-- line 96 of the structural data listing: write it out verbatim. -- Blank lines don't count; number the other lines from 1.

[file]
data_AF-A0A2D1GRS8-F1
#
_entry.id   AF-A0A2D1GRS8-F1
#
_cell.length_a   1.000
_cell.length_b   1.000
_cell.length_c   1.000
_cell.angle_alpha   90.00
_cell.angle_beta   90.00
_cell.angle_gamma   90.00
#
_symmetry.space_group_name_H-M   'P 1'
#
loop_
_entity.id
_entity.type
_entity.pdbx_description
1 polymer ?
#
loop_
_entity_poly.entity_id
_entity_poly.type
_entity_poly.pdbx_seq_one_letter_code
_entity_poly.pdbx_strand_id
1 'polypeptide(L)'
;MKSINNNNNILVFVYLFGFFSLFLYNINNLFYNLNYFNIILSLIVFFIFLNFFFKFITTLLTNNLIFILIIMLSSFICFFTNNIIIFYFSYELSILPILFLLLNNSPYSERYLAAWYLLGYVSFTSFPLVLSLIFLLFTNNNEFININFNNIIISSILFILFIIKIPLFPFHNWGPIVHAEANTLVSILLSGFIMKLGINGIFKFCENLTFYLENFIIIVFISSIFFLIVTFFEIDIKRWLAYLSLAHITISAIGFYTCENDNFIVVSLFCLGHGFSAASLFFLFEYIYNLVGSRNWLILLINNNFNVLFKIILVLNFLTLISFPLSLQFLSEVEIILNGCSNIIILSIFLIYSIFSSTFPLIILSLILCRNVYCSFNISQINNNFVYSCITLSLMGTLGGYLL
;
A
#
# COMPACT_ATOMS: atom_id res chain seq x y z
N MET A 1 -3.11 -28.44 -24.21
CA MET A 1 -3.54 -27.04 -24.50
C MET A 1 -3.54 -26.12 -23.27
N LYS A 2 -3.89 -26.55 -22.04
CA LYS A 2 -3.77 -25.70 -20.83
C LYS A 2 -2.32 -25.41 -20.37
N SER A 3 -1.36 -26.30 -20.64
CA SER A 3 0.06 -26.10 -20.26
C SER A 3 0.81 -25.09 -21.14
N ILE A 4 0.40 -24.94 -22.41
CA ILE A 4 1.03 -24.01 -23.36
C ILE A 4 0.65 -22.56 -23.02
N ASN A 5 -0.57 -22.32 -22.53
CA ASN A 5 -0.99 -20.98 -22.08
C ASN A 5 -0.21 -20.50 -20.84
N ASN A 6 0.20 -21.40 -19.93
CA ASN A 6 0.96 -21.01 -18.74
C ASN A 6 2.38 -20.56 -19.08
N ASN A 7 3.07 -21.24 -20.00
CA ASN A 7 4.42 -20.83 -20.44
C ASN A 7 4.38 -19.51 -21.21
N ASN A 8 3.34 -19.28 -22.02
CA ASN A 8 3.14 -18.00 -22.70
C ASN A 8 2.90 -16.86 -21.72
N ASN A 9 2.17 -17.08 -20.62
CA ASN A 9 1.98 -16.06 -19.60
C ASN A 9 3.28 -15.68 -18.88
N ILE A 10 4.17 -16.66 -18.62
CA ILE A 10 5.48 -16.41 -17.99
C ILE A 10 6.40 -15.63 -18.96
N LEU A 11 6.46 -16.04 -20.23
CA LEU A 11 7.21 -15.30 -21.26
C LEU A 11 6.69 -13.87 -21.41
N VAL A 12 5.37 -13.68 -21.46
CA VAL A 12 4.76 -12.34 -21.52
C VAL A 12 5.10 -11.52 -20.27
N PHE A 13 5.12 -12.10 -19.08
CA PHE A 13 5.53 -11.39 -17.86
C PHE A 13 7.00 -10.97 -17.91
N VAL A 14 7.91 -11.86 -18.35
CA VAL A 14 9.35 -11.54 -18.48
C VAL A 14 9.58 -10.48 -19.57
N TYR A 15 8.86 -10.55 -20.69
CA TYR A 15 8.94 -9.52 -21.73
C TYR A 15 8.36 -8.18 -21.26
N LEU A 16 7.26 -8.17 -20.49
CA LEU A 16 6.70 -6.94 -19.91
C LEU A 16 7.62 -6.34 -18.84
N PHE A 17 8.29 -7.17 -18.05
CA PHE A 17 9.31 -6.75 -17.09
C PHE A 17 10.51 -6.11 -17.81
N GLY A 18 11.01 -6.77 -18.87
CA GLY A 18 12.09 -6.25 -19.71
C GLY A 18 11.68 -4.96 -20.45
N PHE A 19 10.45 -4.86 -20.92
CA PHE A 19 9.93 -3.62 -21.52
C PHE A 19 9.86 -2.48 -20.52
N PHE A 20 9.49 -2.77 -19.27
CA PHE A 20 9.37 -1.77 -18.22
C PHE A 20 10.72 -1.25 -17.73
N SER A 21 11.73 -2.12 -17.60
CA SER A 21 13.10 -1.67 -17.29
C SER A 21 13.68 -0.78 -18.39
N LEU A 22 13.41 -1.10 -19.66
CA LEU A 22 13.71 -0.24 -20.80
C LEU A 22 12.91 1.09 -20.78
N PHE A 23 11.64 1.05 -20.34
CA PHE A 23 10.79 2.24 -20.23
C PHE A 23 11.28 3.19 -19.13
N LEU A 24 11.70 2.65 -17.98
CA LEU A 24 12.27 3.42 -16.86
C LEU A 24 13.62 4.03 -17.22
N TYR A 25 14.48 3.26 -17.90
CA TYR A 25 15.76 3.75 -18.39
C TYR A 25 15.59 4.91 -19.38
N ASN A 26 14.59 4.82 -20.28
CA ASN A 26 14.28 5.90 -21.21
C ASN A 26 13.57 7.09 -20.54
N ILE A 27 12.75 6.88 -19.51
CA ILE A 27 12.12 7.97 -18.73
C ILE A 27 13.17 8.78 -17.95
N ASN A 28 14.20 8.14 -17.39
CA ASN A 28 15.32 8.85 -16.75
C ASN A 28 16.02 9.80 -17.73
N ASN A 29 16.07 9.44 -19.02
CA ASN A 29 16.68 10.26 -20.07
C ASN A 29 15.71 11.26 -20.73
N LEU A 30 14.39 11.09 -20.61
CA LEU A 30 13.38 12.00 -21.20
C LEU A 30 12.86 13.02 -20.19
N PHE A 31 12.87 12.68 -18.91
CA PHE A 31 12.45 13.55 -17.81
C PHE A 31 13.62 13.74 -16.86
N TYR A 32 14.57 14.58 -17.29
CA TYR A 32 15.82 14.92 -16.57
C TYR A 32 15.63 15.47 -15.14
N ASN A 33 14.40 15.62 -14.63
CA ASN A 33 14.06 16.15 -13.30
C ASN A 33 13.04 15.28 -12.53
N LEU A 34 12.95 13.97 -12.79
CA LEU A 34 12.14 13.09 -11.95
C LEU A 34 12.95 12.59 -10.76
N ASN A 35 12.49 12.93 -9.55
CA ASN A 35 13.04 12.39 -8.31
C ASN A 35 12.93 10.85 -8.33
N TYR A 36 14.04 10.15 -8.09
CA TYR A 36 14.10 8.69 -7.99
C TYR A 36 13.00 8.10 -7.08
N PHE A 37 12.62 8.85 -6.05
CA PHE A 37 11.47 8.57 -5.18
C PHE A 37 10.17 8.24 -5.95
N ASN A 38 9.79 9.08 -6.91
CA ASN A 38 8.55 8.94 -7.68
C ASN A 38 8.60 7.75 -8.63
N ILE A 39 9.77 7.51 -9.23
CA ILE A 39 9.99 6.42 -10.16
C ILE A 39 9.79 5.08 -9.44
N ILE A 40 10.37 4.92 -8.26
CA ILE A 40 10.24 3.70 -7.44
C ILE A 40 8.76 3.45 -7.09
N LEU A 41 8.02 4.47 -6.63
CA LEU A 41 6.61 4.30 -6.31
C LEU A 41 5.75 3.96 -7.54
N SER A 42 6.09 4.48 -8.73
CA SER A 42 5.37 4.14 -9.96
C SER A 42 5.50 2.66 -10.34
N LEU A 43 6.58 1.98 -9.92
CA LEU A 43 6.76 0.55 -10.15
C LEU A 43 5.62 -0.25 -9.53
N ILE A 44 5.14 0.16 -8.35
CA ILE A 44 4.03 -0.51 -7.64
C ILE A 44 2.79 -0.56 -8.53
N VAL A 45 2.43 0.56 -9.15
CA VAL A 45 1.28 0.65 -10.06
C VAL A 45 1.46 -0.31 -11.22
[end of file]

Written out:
C LEU A 22 12.91 1.09 -20.78